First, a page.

Over a four-day period, the ALRB staff met with more than 2,000 Gerawan farm workers. The staff was given unfettered access to Gerawan orchards so that they could explain directly — and outside the presence of Gerawan management — the workers' right to choose. This was done on company time. The workers were paid to attend those sessions.

Gerawan was not required to do this. We offered to do this because we did not want the workers or ALRB staff to have any confusion or doubt that the workers' right to choose was essential to any free and fair election.

We also agreed to do this because the ALRB staff said that this was essential to ensure the integrity of the election process.

And — according to ALRB Regional Director Silas Shawver — it worked. He told a Fresno Superior Court judge that it was a "positive experience," where the workers engaged the ALRB agents in "full discussions." He also told Judge Hamilton that his "ongoing investigation" did not reveal any further allegations of "direct supervisor involvement in that way of directly seeking signatures on a petition or directly encouraging workers to sign."

Why did the ALRB impound the ballots?

The ALRB believes it needs to resolve a charge that Gerawan Farming instigated the petition drive before they release the election results. The regional director of the ALRB cited this same allegation as the basis for rejecting the employees' first petition drive.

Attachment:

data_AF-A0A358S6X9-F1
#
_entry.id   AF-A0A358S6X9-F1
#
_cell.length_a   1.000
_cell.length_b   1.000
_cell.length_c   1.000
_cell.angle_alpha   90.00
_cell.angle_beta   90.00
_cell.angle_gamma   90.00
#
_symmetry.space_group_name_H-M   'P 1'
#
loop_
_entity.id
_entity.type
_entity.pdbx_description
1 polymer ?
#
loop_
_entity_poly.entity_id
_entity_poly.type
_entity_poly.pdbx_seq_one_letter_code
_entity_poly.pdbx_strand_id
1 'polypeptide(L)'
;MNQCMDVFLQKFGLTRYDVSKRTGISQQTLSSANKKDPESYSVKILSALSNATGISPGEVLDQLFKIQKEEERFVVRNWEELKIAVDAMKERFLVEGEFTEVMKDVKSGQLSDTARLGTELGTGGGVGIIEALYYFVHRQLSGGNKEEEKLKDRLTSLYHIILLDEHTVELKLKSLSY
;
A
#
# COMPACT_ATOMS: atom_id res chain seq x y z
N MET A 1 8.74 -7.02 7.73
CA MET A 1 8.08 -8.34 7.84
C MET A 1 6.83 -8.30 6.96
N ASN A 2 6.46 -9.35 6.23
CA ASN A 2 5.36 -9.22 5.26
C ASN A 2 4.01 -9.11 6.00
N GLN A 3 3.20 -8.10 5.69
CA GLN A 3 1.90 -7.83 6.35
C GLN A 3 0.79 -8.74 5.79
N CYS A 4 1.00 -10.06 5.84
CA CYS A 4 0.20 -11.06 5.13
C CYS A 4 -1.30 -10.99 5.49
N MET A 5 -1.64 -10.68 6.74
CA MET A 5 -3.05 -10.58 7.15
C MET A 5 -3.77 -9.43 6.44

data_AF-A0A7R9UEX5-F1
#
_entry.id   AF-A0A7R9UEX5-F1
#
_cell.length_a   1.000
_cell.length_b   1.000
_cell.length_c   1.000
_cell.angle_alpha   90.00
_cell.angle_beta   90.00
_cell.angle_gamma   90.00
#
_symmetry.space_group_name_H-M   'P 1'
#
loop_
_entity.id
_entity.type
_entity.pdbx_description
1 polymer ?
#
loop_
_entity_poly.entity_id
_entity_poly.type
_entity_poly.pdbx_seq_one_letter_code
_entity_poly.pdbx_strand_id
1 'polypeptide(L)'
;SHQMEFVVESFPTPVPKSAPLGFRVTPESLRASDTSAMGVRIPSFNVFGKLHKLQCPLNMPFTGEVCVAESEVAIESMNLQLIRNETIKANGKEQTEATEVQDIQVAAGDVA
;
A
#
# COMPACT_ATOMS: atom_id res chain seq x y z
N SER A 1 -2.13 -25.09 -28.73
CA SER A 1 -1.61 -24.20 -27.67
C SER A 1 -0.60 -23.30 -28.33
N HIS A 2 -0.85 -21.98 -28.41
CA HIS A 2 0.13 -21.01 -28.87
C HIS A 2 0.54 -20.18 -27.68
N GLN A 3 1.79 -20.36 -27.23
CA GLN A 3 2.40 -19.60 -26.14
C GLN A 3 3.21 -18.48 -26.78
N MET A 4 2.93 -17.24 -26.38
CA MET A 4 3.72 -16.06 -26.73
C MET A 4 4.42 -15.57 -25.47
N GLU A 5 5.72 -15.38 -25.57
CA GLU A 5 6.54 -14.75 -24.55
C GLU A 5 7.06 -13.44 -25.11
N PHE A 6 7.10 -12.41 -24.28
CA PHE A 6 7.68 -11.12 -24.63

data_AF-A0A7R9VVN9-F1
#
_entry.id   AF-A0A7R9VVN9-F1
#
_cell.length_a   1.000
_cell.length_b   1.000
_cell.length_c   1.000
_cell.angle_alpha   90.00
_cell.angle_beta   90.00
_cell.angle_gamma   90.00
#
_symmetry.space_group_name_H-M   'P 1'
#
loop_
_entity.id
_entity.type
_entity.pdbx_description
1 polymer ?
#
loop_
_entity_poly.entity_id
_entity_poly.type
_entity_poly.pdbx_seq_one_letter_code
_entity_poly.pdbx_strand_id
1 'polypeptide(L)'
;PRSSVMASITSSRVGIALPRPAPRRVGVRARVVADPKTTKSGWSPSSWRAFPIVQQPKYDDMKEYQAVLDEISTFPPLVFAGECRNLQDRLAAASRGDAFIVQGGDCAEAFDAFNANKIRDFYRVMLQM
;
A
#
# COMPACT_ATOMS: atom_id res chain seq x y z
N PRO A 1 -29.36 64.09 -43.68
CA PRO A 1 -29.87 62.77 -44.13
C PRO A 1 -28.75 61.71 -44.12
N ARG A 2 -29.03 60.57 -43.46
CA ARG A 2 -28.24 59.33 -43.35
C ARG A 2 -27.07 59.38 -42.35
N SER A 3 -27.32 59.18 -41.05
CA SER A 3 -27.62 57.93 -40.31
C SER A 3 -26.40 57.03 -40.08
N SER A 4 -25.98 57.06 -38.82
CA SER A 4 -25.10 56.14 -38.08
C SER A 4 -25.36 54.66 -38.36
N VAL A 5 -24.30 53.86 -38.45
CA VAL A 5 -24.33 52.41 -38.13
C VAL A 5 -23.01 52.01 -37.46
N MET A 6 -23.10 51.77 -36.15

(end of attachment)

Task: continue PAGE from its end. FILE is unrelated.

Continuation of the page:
To be clear, Gerawan Farming did not instigate either of the two petition drives the employees independently organized and believes that the unprecedented steps the company has taken to notice our employees via ALRB staff ensured a free and fair election.

While the ALRB decided that these charges should be resolved before the ballots are counted, we believe that they are improperly delaying the ballot counts and will ultimately find no evidence that Gerawan Farming influenced the collection of signatures or the process of a fair election.

Is Gerawan Farming attempting to prevent its employees from organizing and joining a union?

No. We want what our employees want. They wanted a vote to determine if the UFW should represent their interests. While we pay the highest compensation package in the industry and offer incentives such as private school tuition for employees' families, if the majority of our employees elected union representation, we would follow the letter of the law and welcome bargaining negotiations, just as we did more than 20 years ago.

We asked the ALRB to go to our fields to make sure the workers understood they have the right to vote however they want. The ALRB did that. We met with all the employees and told them that this was their choice alone to make.

We believe that the choice of bargaining representative should be made by the workers, and not imposed upon them by ALRB. The next step is to release the ballots, count the votes, and determine if our employees want union representation. The ALRB must get out of the way and allow that democratic process to occur.